In most cases, the damage will consist in financial loss, but there is nothing to prevent recovery of damages to property.



  1. Where the party that made the representation made it in good faith and honest belief in it’s truth
  2. Where the party whom representation is made to actually knew that the representation was false and could not have been acting on it.
  3. If the Defendant can show that Plaintiff did not suffer any damage
  4. Where the Plaintiff has an obligation to verify information but didn’t.
  5. Where the defendant is not under any obligation to reveal any info and keeps quiet.


REMEDIES available are recission and damages

Passing off is the false representation of one’s product or business as that of another person, thereby deceiving buyers to patronize it.

The tort of passing off is designed to protect a person’s business interest from the unfair trade practices and sharp practices of other persons. It’s objective is to protect reputation and Goodwill a business has built up for itself.


In the case of Warnink v. Townsend & Sons, Lord Diplock stated FIVE characteristics or guidelines for determining when action lies in passing off which are:

  1. Whether there is a misrepresentation
  2. Made by the Defendant in the course of trade
  3. To prospective customers
  4. Which is calculated to injure the business and Goodwill of another person; and
  5. Which cause damage to that person’s business and Goodwill or will likely to do so.




The common forms of passing off are:


In this form of passing off, the Defendant is usually engaged in the same type of business as the Plaintiff and he uses the Plaintiff’s name or a name closely resembling that of the Plaintiff, and as a result, the public is confused and misled into thinking that they are one or that it is an extension of the other.

This was the situation in Niger Chemists Ltd v. Nigeria Chemists (1961) ANLR 171 where the Court held that when two firms trade in the same town, in the same street and in the same line of business, one calling itself “Niger Chemist” and the other “Nigeria chemist”, there must be a grave risk of confusion and deception.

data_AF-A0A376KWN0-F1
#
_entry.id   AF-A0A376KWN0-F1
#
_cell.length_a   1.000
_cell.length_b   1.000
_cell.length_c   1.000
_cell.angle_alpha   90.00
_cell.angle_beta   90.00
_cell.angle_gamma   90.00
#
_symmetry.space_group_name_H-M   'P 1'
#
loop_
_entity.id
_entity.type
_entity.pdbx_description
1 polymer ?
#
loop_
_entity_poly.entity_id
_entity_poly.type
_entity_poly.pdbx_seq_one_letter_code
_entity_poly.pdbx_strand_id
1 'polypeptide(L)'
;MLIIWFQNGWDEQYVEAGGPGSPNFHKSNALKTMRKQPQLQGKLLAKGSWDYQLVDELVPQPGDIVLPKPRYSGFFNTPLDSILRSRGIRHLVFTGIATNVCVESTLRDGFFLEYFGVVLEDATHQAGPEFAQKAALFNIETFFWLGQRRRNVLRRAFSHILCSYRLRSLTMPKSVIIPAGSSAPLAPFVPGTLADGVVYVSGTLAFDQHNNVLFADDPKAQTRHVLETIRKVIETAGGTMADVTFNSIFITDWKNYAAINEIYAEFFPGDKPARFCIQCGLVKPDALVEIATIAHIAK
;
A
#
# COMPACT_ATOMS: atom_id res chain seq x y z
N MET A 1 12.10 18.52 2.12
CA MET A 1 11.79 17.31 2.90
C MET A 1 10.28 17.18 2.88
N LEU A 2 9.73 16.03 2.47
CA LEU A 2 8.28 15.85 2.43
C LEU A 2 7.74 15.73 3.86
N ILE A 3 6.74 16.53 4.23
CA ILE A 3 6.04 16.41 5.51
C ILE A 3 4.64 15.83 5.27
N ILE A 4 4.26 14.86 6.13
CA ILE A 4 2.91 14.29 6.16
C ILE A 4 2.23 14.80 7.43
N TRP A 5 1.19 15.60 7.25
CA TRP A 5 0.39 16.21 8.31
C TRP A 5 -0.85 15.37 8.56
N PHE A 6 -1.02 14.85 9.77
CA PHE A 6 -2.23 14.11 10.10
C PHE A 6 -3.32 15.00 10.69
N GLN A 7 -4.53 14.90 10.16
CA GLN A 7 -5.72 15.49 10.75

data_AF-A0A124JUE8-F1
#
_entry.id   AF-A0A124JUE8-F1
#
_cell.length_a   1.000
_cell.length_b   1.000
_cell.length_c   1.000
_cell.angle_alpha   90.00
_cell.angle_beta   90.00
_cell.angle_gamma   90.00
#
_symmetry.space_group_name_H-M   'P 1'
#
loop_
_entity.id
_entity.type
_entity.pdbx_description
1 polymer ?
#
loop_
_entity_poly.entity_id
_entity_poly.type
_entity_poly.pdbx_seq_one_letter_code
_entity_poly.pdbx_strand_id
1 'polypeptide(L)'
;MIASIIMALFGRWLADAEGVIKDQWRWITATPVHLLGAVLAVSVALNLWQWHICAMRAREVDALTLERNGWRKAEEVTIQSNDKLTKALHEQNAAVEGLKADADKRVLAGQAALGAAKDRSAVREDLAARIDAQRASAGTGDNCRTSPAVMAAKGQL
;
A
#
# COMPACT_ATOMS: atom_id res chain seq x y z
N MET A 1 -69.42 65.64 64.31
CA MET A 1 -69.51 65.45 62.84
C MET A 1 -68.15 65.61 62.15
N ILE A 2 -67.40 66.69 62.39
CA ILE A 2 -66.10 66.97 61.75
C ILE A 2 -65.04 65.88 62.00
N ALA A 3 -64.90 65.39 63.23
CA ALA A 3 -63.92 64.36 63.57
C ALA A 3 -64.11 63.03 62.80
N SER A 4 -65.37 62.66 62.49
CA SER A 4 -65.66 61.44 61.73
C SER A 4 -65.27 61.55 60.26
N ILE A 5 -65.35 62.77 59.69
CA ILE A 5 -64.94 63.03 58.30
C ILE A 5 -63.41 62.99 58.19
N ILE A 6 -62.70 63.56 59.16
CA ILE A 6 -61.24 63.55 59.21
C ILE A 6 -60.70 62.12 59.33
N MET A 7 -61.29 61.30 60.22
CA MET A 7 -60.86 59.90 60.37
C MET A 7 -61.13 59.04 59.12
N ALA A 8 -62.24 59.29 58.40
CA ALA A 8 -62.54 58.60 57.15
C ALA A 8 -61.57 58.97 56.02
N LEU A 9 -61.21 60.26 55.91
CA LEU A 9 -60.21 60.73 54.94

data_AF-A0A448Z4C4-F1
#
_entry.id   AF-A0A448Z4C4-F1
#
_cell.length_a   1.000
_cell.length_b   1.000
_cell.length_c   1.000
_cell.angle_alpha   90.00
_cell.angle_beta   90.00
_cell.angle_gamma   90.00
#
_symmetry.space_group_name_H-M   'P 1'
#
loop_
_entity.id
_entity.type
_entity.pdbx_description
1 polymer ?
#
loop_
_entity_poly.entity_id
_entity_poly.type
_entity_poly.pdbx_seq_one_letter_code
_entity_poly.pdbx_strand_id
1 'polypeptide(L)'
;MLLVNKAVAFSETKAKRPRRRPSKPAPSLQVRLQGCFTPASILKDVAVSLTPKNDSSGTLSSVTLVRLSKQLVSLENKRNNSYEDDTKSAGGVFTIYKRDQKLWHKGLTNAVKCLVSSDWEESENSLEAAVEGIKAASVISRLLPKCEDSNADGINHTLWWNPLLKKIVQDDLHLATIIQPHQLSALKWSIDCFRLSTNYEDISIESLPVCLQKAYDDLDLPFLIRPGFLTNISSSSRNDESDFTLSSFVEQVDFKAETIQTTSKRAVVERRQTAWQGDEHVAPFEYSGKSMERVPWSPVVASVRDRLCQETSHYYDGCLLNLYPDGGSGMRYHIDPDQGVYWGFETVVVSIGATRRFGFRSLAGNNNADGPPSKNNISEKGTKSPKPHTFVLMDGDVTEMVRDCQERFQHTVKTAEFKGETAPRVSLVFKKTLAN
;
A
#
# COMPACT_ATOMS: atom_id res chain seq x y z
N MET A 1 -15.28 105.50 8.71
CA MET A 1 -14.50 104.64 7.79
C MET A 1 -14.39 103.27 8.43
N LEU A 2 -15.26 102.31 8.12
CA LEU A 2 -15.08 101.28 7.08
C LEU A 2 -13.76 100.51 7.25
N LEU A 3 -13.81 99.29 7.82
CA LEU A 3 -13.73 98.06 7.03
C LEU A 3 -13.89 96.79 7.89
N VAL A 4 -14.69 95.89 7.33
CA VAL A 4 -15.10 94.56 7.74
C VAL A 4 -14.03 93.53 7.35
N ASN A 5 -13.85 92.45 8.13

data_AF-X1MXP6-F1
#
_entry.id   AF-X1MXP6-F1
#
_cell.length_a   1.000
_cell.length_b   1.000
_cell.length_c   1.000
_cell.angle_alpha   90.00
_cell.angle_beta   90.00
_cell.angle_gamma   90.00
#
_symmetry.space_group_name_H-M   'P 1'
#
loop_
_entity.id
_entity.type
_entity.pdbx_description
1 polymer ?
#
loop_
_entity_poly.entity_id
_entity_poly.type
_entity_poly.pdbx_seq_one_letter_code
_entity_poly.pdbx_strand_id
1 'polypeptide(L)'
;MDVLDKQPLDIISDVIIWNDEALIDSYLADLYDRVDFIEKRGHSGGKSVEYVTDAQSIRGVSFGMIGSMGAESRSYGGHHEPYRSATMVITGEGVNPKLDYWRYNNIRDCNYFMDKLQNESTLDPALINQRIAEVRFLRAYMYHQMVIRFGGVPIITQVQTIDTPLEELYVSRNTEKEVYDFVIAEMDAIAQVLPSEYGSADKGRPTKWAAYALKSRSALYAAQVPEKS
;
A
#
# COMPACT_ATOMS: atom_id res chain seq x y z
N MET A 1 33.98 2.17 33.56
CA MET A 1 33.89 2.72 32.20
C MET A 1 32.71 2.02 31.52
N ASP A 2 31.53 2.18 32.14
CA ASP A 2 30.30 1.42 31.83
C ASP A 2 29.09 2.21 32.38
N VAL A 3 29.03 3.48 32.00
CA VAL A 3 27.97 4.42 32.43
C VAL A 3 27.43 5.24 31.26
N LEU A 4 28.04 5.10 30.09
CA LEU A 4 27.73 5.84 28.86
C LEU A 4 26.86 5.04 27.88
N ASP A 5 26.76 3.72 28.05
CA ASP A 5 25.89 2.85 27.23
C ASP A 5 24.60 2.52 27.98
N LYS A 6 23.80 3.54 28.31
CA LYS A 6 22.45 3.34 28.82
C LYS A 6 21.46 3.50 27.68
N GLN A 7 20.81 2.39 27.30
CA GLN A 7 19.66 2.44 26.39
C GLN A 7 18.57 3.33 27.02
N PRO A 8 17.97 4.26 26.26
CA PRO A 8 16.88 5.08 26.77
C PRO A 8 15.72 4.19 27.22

Similarly, in Ogunlende v. Babayemi (1971) 1 UILR 417, the Plaintiff who were building and civil engineering contractors carrying on business as “mercury builders” were granted an injunction to restrain the Defendant from carrying on a similar business under the name “mercury builders of Nigeria ltd”.


The tort of passing off is committed when a Defendant sells his goods off to people by stating falsely that the goods are produced by the Plaintiff, whereas they are not. The Defendant by advertising and selling his goods by falsely stating that they are manufactured by the Plaintiff, directly but wrongly benefits and profits from the Goodwill and reputation already built by the Plaintiff’s business. This was the situation in Lord Byron v. Johnston (1816) 35 ER 851 where the Defendant publishers were restrained from advertising and selling a book of poems with the Defendant’s name “Lord Byron” written on it.



It is a tort of passing off for a Plaintiff to produce or market his goods with a name closely resembling that of the name of the Plaintiff’s goods with the result that customers are confused and the Defendant’s goods are mistaken as made by the Plaintiff and are bought as product of the Plaintiff.

Here, the protection of trade name is important.

Thus, in Hines v. Winnick (1947) Ch 708, the Plaintiff musician who used to broadcast his radio program under the name “Dr Crock and his Crack Pots” o gained an injunction to restrain the Defendant from featuring another band on the programme, using the same name.



It is passing off for the Defendant to do anything, which makes his product appear like the Plaintiff’s product. This passing off includes any copying of the likeness or appearance of the Plaintiff’s product in a manner to confuse the public.

In U.K Tobacco v. Carreras Ltd, the Defendant who were marketing cigarettes called “Barrister” on which packet was a white man wearing Barrister’s wig and gown were restrained from imitating the appearance of the Plaintiff’s cigarette called “Band-master” on which packet was a man in a band master’s uniform.

Similarly, in De facto Works Ltd v. Odumotun Trading co. Ltd, the Plaintiff bakers who sold bread wrapped in yellow and brown paper with the name “De facto”  written in large chocolate colour obtained an injunction to restrain the Defendant from marketing their bread wrapped in yellow and brown paper with the name “odus” written in large chocolate colour.



It is passing off for a Defendant to market his goods using the Plaintiff’s trademark or it’s imitation.

Trademark is any design, picture, mark, name or other merchandise mark affixed to goods which identifies those goods with the manufacturer or seller.

Trademarks are usually registered and also protected under the Merchandise Marks Act 2004.



  1. It is not passing off to market goods under purely descriptive name indicating the nature of the goods sold and not that they are the merchandise of any particular person.
  2. It is not passing off to imitate the appearance or shape of the Plaintiff’s product where such appearance or shape is necessary for the better performance of the type of product for greater efficiency in handling or processing it.

In J.B Williams co v. Bronnley & co. Ltd, an action by the Plaintiff company to restrain the Defendant from using the normal shape of a shaving stick container to package it’s brand of shaving stick failed. This was also the position of law in Trebor Nig. Ltd v. Associated Industries Ltd (1972) NNLR 3 60.

3. It is not passing off to use a purely geographical name, already used by the Plaintiff.